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Some Answered Questions

  • Author:
  • ‘Abdu’l-Bahá

  • Source:
  • US Bahá’í Publishing Trust, 1990 reprint of pocket-size edition
  • Pages:
  • 305
Go to printed page GO
Pages 268-272


Question.—Should a criminal be punished, or forgiven and his crime overlooked?
Answer.—There are two sorts of retributory punishments. One is vengeance, the other, chastisement. Man has not the right to take vengeance, but the community has the right to punish the criminal; and this punishment is intended to warn and to prevent so that no other person will dare to commit a like crime. This punishment is for the protection of man’s rights, but it is not vengeance; vengeance appeases the anger of the heart by opposing one evil to another. This is not allowable, for man has not the right to take vengeance. But if criminals were entirely forgiven, the order of the world would be upset. So punishment is one of the essential necessities for the safety of communities, but he who is oppressed by a transgressor has not the right to take vengeance. On the contrary, he should forgive and pardon, for this is worthy of the world of man.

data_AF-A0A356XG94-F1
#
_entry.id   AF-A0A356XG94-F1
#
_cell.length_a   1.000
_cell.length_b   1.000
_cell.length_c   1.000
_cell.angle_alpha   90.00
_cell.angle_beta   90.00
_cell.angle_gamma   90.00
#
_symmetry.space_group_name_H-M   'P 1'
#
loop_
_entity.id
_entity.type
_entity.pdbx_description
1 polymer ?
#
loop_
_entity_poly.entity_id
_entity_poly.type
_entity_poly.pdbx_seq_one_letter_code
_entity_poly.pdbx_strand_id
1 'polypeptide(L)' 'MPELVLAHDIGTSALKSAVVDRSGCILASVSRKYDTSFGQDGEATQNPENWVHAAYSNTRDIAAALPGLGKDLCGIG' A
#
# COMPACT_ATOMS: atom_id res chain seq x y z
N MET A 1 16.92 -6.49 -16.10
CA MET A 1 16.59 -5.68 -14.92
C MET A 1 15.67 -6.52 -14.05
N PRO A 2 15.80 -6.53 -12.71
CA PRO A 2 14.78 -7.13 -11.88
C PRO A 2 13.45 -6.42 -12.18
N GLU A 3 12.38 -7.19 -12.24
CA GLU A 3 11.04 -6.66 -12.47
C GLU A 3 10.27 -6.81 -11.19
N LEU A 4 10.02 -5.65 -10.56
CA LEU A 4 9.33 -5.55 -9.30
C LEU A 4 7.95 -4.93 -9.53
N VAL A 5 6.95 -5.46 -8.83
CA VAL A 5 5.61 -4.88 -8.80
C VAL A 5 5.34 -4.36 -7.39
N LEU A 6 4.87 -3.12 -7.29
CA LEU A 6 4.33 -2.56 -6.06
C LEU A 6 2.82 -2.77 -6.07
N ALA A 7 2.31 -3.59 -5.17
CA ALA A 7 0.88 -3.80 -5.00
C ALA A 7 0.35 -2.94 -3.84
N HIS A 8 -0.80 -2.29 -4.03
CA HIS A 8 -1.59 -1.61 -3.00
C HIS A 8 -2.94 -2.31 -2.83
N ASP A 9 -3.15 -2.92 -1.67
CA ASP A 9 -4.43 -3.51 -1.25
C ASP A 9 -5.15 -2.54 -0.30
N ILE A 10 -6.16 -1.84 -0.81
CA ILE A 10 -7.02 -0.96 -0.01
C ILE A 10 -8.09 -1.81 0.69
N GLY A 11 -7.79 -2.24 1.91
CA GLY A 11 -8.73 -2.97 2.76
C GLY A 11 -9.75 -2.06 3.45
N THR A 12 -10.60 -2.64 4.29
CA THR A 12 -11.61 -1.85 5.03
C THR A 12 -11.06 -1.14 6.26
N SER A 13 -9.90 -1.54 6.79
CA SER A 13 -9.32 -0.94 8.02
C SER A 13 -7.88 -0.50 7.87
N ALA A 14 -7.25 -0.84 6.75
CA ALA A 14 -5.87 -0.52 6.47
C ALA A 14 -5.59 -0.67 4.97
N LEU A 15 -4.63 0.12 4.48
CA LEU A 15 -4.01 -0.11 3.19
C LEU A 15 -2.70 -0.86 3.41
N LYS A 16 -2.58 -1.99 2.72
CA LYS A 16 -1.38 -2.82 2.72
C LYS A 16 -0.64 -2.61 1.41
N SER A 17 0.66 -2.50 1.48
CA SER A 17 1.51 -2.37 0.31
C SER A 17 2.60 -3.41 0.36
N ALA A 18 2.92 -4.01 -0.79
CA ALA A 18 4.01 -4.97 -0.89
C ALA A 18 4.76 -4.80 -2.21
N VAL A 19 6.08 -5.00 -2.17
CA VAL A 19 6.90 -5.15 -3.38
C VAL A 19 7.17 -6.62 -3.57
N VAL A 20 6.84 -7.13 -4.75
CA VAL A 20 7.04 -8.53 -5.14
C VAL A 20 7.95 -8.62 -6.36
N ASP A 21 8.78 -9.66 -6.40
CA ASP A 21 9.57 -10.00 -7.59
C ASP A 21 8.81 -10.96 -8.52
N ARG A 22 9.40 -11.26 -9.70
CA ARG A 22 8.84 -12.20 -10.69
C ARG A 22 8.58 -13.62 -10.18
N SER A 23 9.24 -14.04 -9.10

The communities must punish the oppressor, the murderer, the malefactor, so as to warn and restrain others from committing like crimes. But the most essential thing is that the people must be educated in such a way that no crimes will be committed; for it is possible to educate the masses so effectively that they will avoid and shrink from perpetrating crimes, so that the crime itself will appear to them as the greatest chastisement, the utmost condemnation 269 and torment. Therefore, no crimes which require punishment will be committed.
We must speak of things that are possible of performance in this world. There are many theories and high ideas on this subject, but they are not practicable; consequently, we must speak of things that are feasible.